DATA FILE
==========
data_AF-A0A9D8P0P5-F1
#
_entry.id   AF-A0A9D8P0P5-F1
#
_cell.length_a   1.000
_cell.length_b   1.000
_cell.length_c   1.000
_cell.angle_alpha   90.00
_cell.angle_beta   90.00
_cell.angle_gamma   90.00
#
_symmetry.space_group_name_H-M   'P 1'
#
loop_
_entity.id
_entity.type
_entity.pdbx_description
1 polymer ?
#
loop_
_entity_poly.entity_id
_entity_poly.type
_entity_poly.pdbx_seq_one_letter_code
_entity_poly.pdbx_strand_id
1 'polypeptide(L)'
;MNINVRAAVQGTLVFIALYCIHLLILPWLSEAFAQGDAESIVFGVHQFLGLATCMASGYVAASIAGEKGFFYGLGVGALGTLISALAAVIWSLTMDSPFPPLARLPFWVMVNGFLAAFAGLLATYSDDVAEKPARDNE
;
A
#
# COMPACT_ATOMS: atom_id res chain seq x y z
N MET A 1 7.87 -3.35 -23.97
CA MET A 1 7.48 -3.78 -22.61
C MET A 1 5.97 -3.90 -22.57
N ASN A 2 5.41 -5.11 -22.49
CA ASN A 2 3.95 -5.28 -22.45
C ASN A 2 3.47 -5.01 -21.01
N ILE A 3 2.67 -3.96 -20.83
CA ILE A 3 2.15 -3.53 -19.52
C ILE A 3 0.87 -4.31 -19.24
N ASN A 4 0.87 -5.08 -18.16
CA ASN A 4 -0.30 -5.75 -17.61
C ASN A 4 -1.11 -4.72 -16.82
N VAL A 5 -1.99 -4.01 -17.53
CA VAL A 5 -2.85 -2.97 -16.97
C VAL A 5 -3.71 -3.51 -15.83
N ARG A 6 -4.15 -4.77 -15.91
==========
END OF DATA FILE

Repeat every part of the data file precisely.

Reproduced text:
data_AF-A0A9D8P0P5-F1
#
_entry.id   AF-A0A9D8P0P5-F1
#
_cell.length_a   1.000
_cell.length_b   1.000
_cell.length_c   1.000
_cell.angle_alpha   90.00
_cell.angle_beta   90.00
_cell.angle_gamma   90.00
#
_symmetry.space_group_name_H-M   'P 1'
#
loop_
_entity.id
_entity.type
_entity.pdbx_description
1 polymer ?
#
loop_
_entity_poly.entity_id
_entity_poly.type
_entity_poly.pdbx_seq_one_letter_code
_entity_poly.pdbx_strand_id
1 'polypeptide(L)'
;MNINVRAAVQGTLVFIALYCIHLLILPWLSEAFAQGDAESIVFGVHQFLGLATCMASGYVAASIAGEKGFFYGLGVGALGTLISALAAVIWSLTMDSPFPPLARLPFWVMVNGFLAAFAGLLATYSDDVAEKPARDNE
;
A
#
# COMPACT_ATOMS: atom_id res chain seq x y z
N MET A 1 7.87 -3.35 -23.97
CA MET A 1 7.48 -3.78 -22.61
C MET A 1 5.97 -3.90 -22.57
N ASN A 2 5.41 -5.11 -22.49
CA ASN A 2 3.95 -5.28 -22.45
C ASN A 2 3.47 -5.01 -21.01
N ILE A 3 2.67 -3.96 -20.83
CA ILE A 3 2.15 -3.53 -19.52
C ILE A 3 0.87 -4.31 -19.24
N ASN A 4 0.87 -5.08 -18.16
CA ASN A 4 -0.30 -5.75 -17.61
C ASN A 4 -1.11 -4.72 -16.82
N VAL A 5 -1.99 -4.01 -17.53
CA VAL A 5 -2.85 -2.97 -16.97
C VAL A 5 -3.71 -3.51 -15.83
N ARG A 6 -4.15 -4.77 -15.91